sage: from sage.crypto.block_cipher.miniaes import MiniAES
sage: maes = MiniAES()
sage: K = FiniteField(16, "x")
sage: MS = MatrixSpace(K, 2, 2)
sage: mat = MS([[K("x^3 + x^2 + x + 1"), K("0")], [K("x^2 + x + 1"), K("x^3 + x")]])
sage: maes.nibble_sub(mat, algorithm="encrypt")

[  x^2 + x + 1 x^3 + x^2 + x]
[          x^3       x^2 + x]


But we can also work with binary strings:

sage: bin = BinaryStrings()
sage: B = bin.encoding("bi"); B
0110001001101001
sage: B = MS(maes.binary_to_GF(B)); B

[x^2 + x       x]
[x^2 + x x^3 + 1]
sage: maes.nibble_sub(B, algorithm="encrypt")

[  x^3 + x + 1 x^3 + x^2 + 1]
[  x^3 + x + 1       x^3 + x]
sage: maes.nibble_sub(B, algorithm="decrypt")

[      x^3 + x           x^2]
[      x^3 + x x^3 + x^2 + 1]


Here we work with integers $$n$$ such that $$0 \leq n \leq 15$$:

sage: P = [2, 6, 8, 14]; P
[2, 6, 8, 14]
sage: P = MS(maes.integer_to_GF(P)); P

[            x       x^2 + x]
[          x^3 x^3 + x^2 + x]
sage: maes.nibble_sub(P, algorithm="encrypt")

[x^3 + x^2 + 1   x^3 + x + 1]
[        x + 1             0]
sage: maes.nibble_sub(P, algorithm="decrypt")

[        x^2     x^3 + x]
[x^2 + x + 1           0]

random_key()

A random key within the key space of this Mini-AES block cipher. Like the AES, Phan’s Mini-AES is a symmetric-key block cipher. A Mini-AES key is a block of 16 bits, or a $$2 \times 2$$ matrix with entries over the finite field $$\GF{2^4}$$. Thus the number of possible keys is $$2^{16} = 16^4$$.

OUTPUT:

• A $$2 \times 2$$ matrix over the finite field $$\GF{2^4}$$, used as a secret key for this Mini-AES block cipher.

EXAMPLES:

Each nibble of a key is an element of the finite field $$\GF{2^4}$$:

sage: K = FiniteField(16, "x")
sage: from sage.crypto.block_cipher.miniaes import MiniAES
sage: maes = MiniAES()
sage: key = maes.random_key()
sage: [key[i][j] in K for i in range(key.nrows()) for j in range(key.ncols())]
[True, True, True, True]


Generate a random key, then perform encryption and decryption using that key:

sage: from sage.crypto.block_cipher.miniaes import MiniAES
sage: maes = MiniAES()
sage: K = FiniteField(16, "x")
sage: MS = MatrixSpace(K, 2, 2)
sage: key = maes.random_key()
sage: P = MS.random_element()
sage: C = maes.encrypt(P, key)
sage: plaintxt = maes.decrypt(C, key)
sage: plaintxt == P
True

round_key(key, n)

Return the round key for round n. Phan’s Mini-AES is defined to have two rounds. The round key $$K_0$$ is generated and used prior to the first round, with round keys $$K_1$$ and $$K_2$$ being used in rounds 1 and 2 respectively. In total, there are three round keys, each generated from the secret key key.

INPUT:

• key – the secret key

• n – non-negative integer; the round number

OUTPUT:

• The $$n$$-th round key.

EXAMPLES:

Obtaining the round keys from the secret key:

sage: from sage.crypto.block_cipher.miniaes import MiniAES
sage: maes = MiniAES()
sage: K = FiniteField(16, "x")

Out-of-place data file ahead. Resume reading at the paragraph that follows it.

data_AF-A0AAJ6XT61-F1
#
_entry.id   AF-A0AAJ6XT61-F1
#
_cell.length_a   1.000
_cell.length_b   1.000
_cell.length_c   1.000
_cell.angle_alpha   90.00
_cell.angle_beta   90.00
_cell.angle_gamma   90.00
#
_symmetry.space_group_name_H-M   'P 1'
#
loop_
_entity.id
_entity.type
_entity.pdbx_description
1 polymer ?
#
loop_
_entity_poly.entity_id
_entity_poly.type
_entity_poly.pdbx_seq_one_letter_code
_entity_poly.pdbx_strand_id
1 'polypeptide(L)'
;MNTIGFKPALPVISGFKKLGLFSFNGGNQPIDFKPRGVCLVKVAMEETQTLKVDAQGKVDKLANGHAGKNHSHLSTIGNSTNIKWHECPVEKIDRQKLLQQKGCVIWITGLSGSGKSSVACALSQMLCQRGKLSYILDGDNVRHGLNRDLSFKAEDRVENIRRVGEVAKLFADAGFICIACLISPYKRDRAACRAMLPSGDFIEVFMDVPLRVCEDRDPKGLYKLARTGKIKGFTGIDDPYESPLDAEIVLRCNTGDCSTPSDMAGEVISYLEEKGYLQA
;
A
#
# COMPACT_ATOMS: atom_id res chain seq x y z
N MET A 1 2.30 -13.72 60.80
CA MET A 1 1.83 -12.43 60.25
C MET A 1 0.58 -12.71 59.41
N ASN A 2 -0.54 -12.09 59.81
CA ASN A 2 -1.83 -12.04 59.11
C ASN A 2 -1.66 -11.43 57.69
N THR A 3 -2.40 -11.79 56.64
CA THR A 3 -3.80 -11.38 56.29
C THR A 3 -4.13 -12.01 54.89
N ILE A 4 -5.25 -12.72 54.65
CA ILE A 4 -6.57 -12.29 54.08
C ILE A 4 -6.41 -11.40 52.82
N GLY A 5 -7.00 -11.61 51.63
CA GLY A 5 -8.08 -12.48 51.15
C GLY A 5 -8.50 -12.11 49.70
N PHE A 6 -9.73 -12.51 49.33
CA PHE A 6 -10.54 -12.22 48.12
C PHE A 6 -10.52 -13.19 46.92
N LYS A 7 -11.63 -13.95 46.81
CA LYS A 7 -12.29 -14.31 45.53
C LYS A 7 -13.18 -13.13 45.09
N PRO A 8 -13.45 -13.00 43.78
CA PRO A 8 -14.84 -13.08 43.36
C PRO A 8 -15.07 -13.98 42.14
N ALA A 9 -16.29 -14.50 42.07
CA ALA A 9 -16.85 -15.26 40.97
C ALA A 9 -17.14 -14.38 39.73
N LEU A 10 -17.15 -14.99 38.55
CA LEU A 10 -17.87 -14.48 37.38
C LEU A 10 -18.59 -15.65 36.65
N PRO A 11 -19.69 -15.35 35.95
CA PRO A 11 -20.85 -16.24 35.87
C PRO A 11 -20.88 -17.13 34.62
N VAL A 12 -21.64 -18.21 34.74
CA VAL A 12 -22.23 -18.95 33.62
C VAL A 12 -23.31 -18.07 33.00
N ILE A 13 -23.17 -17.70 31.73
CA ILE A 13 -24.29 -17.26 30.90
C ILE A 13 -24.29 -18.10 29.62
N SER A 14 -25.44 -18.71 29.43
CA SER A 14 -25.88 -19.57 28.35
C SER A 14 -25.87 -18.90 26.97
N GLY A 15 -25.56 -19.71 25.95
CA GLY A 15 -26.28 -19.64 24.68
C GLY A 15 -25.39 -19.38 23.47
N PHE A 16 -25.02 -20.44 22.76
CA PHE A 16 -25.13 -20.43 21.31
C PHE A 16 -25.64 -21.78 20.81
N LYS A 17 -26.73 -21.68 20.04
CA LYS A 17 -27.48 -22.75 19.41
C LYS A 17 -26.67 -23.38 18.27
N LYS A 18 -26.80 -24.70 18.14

sage: MS = MatrixSpace(K, 2, 2)
sage: key = MS([ [K("x^3 + x^2"), K("x^3 + x^2 + x + 1")], [K("x + 1"), K("0")] ])
sage: maes.round_key(key, 0)

[        x^3 + x^2 x^3 + x^2 + x + 1]
[            x + 1                 0]
sage: key

[        x^3 + x^2 x^3 + x^2 + x + 1]
[            x + 1                 0]
sage: maes.round_key(key, 1)

[            x + 1 x^3 + x^2 + x + 1]
[                0 x^3 + x^2 + x + 1]
sage: maes.round_key(key, 2)

[x^2 + x x^3 + 1]
[x^2 + x x^2 + x]

sbox()

Return the S-box of Mini-AES.

EXAMPLES:

sage: from sage.crypto.block_cipher.miniaes import MiniAES
sage: maes = MiniAES()
sage: maes.sbox()
(14, 4, 13, 1, 2, 15, 11, 8, 3, 10, 6, 12, 5, 9, 0, 7)

shift_row(block)

Rotate each row of block to the left by different nibble amounts. The first or zero-th row is left unchanged, while the second or row one is rotated left by one nibble. This has the effect of only interchanging the nibbles in the second row. Let $$b_0, b_1, b_2, b_3$$ be four nibbles arranged as the following $$2 \times 2$$ matrix

$\begin{split}\begin{bmatrix} b_0 & b_2 \\ b_1 & b_3 \end{bmatrix}\end{split}$

Then the operation of shift-row is the mapping

$\begin{split}\begin{bmatrix} b_0 & b_2 \\ b_1 & b_3 \end{bmatrix} \longmapsto \begin{bmatrix} b_0 & b_2 \\ b_3 & b_1 \end{bmatrix}\end{split}$

INPUT:

• block – a $$2 \times 2$$ matrix with entries over $$\GF{2^4}$$

OUTPUT:

• A $$2 \times 2$$ matrix resulting from applying shift-row on block.

EXAMPLES:

Here we work with elements of the finite field $$\GF{2^4}$$:

sage: from sage.crypto.block_cipher.miniaes import MiniAES
sage: maes = MiniAES()
sage: K = FiniteField(16, "x")
sage: MS = MatrixSpace(K, 2, 2)
sage: mat = MS([[K("x^3 + x^2 + x + 1"), K("0")], [K("x^2 + x + 1"), K("x^3 + x")]])
sage: maes.shift_row(mat)

[x^3 + x^2 + x + 1                 0]
[          x^3 + x       x^2 + x + 1]
sage: mat

[x^3 + x^2 + x + 1                 0]
[      x^2 + x + 1           x^3 + x]


But we can also work with binary strings:

sage: bin = BinaryStrings()
sage: B = bin.encoding("Qt"); B
0101000101110100
sage: B = MS(maes.binary_to_GF(B)); B

[    x^2 + 1           1]
[x^2 + x + 1         x^2]
sage: maes.shift_row(B)

[    x^2 + 1           1]
[        x^2 x^2 + x + 1]


Here we work with integers $$n$$ such that $$0 \leq n \leq 15$$:

sage: P = [3, 6, 9, 12]; P
[3, 6, 9, 12]
sage: P = MS(maes.integer_to_GF(P)); P

[    x + 1   x^2 + x]
[  x^3 + 1 x^3 + x^2]
sage: maes.shift_row(P)

[    x + 1   x^2 + x]
[x^3 + x^2   x^3 + 1]